It can be a rude awakening if your boss accuses you of theft from the company. Your initial reaction might be to take a fighting stance and be frustrated.
Although these are normal feelings, strive to remain calm and reasonable as you investigate the accusation and formulate your defense.
Declare your surprise and dismay, as well as your outrage at the charge, and ask for a pause to gather your feelings before proceeding.
Ascertain the Charge’s Preciseness
To address the fraud claim, request a private meeting with your boss and a human resources representative. Having an onlooker also in the room would ensure that the exchange is appropriately captured. Pay attention to what the boss says and, if possible, request information on his points.
Write notes during the discussion, so you can plan your defense by gathering relevant evidence and locating witnesses to back up your argument.
Immediate Rebuttal to the Charge
After your boss has stated what he has been accusing you about, immediately deny the accusation or explain the confusion.
It could be a simple misunderstanding that you can resolve right away, or it could be something more complicated that requires you to review emails, timesheets, or other documents to help your defense.
Recognize the gravity of the charge, but retain your innocence and trust in your ability to absolve yourself completely.
Make Your Defense Ready.
Prepare your defense by thinking about profound ways to counter each of your employer’s arguments.
When your boss claims you are exaggerating your expense account over a while, go over all of the credit card statements, mileage records, and other paperwork that reveals individual expenditures and the reason for each payment.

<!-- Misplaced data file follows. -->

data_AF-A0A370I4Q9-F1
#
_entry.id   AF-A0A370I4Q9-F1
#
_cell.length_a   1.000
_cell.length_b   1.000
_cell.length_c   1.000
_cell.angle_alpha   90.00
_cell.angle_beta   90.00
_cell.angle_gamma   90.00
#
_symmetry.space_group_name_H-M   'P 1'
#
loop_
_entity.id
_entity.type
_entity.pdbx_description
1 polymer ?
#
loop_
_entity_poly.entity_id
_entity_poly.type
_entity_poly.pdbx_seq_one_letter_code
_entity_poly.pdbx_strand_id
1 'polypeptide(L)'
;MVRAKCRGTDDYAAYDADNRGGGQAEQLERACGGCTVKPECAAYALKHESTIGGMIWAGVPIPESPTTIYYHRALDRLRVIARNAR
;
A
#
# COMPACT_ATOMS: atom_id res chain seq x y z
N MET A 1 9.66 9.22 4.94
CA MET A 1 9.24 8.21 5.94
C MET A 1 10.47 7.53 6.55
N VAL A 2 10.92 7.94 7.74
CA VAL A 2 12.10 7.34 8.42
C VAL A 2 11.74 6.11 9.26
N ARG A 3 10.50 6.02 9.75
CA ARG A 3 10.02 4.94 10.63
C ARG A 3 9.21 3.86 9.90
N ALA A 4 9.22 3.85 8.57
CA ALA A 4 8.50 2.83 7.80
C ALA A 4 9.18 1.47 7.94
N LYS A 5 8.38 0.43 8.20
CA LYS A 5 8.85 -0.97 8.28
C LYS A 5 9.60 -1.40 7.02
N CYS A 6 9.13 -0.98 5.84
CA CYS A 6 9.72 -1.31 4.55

If you’ve been accused of misreporting a time card, go over your daily calendar for the times in question and provide a rundown of where you were and what you were doing on those days. Find associates that can vouch for your claims.
Showcase The Evidence
Request that a representative from human resources be present during your conversation with your supervisor, just as you did during your previous discussion.
Prepare your defense in detail, and attend to what your boss has to say. Your supervisor should be sincerely apologetic and let the matter go if you have sufficient documentation or explanations; however, there must also be a conversation about why your supervisor doubted your trustworthiness.
If your employer insists on pursuing the initial claim, you’ll have to seek the organization’s corporate conflict resolution procedures.
Obtain Legal Assistance
If your employer accuses you of embezzlement, you can benefit from hiring a lawyer who deals in employment law. It’s likely that a coworker – or even your employer – is trying to frame you because of their wrongdoings, though in that case, you’ll need legal help.
Ensure that you obtain a practitioner with expertise in this field of law, or contact your state bar association if you’re not certain.